If you follow ebook news then you may have heard of BookLamp. This startup burst on to the scene last fall with a new way to analyze the contents of a book. They call it the Book Genome Project, and it goes beyond listing the basic facts of a book. Their algorithms make scene-by-scene measurements of elements such as pacing, density, action, dialog, description, perspective, and genre, and more.
The Game of Books takes all this data and uses it to build a game. BookLamp has found a way to measure the major themes of books and translate that into a system of badges and skills which shares similar concept with both Dungeons & Dragons and Magic: The Gathering as well as other games.
I heard about TGoB last week at the Books in Browsers conference, and I spoke to Aaron Stanton, the founder and CEO of BookLamp, over the weekend. I picked up a couple things from the conversation (besides a burning desire to play the game). In our conversation Aaron noted the lack of interest from the digital publishing industry in using the Book Genome Project to develop ways to engage readers. TGoB is BookLamp's response.
BookLamp is launching this game themselves because this is the kind of project which they had hoped someone else would develop based on the Book Genome Project. In order to develop an interested userbase, this game is going to be funded by a KickStarter project. The intended target group are librarians and teachers, not the average reader, but I think this could well be worth getting involved in.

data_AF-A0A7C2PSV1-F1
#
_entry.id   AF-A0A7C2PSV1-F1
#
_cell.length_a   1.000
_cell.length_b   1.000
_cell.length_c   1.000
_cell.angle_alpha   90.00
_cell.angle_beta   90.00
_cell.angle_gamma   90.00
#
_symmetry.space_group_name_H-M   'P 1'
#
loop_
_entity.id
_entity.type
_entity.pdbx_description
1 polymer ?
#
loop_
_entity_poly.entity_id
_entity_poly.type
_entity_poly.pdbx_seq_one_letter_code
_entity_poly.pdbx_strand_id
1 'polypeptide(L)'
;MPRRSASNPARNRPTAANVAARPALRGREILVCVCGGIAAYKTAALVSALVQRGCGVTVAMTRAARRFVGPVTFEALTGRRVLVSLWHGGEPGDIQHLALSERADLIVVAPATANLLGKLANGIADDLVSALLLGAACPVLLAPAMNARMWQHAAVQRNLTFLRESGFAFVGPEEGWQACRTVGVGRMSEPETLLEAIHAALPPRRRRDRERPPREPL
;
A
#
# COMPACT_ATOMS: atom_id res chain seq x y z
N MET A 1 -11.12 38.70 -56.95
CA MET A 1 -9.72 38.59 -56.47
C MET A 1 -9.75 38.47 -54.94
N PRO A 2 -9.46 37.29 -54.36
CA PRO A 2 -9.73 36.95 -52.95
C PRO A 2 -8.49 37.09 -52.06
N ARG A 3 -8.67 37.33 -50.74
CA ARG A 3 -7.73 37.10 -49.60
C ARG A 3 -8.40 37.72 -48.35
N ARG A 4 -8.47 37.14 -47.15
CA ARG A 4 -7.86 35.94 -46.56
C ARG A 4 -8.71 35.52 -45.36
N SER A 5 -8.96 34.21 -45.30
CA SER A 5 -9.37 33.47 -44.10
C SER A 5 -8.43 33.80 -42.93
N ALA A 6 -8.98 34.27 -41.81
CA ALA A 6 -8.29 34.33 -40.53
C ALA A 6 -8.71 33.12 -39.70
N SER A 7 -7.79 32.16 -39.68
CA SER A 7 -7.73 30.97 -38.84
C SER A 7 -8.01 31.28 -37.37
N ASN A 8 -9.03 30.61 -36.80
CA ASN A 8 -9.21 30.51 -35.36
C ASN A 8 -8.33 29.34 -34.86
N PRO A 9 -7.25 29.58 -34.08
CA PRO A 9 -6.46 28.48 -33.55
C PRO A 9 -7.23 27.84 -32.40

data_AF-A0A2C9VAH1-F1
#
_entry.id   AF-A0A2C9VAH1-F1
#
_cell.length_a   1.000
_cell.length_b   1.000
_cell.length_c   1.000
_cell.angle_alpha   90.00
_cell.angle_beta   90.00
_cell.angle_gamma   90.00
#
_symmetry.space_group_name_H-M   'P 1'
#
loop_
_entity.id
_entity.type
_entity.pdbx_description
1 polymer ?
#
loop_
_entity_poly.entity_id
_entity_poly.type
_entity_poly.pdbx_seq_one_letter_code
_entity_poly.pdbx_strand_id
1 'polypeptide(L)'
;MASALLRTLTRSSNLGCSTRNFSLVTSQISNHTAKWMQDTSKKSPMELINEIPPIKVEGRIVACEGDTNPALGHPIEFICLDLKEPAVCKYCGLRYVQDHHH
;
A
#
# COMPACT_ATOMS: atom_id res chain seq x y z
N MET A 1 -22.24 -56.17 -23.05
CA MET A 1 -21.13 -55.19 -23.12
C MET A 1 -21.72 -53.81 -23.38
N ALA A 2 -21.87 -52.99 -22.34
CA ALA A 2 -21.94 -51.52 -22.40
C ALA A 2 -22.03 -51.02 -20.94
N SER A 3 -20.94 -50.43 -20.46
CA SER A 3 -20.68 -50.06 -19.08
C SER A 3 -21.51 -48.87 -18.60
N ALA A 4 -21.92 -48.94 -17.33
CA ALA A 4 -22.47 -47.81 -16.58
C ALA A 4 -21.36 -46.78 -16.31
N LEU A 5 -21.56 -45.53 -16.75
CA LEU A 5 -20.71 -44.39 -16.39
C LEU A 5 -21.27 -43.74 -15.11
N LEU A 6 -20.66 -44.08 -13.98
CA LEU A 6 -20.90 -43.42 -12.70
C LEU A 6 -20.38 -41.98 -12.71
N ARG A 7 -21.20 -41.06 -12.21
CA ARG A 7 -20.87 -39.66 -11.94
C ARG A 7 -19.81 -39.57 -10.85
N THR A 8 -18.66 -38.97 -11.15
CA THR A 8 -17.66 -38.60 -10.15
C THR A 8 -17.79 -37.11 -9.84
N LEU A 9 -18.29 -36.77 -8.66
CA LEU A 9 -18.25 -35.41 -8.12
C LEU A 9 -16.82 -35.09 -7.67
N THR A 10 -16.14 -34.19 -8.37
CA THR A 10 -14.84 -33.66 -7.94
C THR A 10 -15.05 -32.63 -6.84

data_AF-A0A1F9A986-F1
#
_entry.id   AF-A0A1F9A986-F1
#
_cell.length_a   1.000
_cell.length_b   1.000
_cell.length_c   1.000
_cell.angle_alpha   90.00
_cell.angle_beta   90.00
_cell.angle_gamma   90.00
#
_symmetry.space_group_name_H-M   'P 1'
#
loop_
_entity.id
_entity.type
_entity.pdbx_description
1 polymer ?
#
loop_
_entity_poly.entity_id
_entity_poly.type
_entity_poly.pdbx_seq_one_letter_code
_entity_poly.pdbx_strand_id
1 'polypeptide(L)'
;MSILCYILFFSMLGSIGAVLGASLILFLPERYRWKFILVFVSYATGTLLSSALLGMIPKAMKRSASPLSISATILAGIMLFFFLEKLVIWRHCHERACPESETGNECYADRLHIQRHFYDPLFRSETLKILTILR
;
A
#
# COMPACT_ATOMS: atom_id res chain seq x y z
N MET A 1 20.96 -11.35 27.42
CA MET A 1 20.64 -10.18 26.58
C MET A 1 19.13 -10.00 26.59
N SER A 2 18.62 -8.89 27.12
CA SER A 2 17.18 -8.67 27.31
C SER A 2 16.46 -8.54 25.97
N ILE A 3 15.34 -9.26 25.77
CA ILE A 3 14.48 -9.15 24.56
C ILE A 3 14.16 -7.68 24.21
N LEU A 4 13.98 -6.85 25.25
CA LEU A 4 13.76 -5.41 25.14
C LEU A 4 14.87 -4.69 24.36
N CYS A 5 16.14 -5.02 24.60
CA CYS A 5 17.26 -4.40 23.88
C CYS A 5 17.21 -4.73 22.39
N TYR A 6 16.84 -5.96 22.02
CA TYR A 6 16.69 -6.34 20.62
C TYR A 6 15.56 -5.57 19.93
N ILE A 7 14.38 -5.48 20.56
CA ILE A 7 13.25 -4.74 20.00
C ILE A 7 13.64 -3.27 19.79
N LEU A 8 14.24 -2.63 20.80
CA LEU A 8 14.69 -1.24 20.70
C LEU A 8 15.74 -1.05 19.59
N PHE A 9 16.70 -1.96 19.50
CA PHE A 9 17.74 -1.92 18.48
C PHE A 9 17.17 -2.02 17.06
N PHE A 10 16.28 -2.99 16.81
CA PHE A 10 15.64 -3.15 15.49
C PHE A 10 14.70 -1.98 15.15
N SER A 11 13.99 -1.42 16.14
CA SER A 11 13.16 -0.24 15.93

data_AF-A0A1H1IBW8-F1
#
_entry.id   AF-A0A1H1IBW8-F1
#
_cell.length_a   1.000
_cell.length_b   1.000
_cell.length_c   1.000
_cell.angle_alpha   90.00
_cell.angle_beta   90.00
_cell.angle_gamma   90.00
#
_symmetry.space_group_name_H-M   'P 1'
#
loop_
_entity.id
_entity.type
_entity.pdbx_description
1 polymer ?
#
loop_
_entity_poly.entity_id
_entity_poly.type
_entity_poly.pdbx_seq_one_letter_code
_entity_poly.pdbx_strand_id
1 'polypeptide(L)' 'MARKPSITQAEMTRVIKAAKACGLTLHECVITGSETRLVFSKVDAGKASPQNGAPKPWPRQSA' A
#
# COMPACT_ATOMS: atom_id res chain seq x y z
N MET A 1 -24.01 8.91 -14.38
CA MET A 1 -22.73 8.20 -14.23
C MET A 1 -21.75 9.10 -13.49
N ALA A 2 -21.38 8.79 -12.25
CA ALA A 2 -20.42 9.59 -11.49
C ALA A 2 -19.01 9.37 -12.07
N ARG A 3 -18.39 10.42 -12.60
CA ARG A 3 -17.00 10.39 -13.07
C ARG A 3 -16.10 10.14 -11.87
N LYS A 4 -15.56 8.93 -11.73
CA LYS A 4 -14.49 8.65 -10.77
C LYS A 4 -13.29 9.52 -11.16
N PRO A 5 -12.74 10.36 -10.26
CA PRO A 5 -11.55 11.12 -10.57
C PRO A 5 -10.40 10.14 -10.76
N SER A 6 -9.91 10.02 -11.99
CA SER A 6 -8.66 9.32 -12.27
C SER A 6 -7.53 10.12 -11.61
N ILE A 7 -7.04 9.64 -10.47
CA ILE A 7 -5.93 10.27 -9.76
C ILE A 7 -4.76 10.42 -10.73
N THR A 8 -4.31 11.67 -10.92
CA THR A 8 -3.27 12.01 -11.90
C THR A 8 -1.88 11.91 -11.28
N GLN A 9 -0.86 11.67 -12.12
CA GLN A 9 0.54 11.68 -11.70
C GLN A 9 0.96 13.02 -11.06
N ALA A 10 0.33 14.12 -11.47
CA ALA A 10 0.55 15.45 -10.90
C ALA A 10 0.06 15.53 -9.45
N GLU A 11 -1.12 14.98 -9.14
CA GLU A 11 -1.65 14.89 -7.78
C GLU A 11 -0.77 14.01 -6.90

My description above is rather bald, but this game sounds like it could be of interest to anyone who likes to log their reading habits. I have never wanted to bother with that kind of paperwork, but this sounds like it might inject enough fun that it could be worthwhile.
I especially like one of Aaron's long term goals, which was to develop specific targets for readers to work towards. For example, Star Wars happened to come up in the conversation, we started discussing what skills and XP you would need to qualify as Darth Vader. Aaron already had a high level in medieval combat, and he figured that he would need to match it with a similar technology rating. The debate broke down around the point of discussing whether The Force would qualify as magic or not, and I think the character of Darth Vader would likely also need some type of evil villain badge or possibly a redeemed villain badge. That last would depend on which of the 3 movies and numerous books you picked as the target for the character.
The KickStarter project launches today and the rewards for the various funding levels will be kits which librarians, teachers, and parents can use to encourage kids to read. The kits will take another 6 months or so to finish and they should be done in time for next summer's reading lists.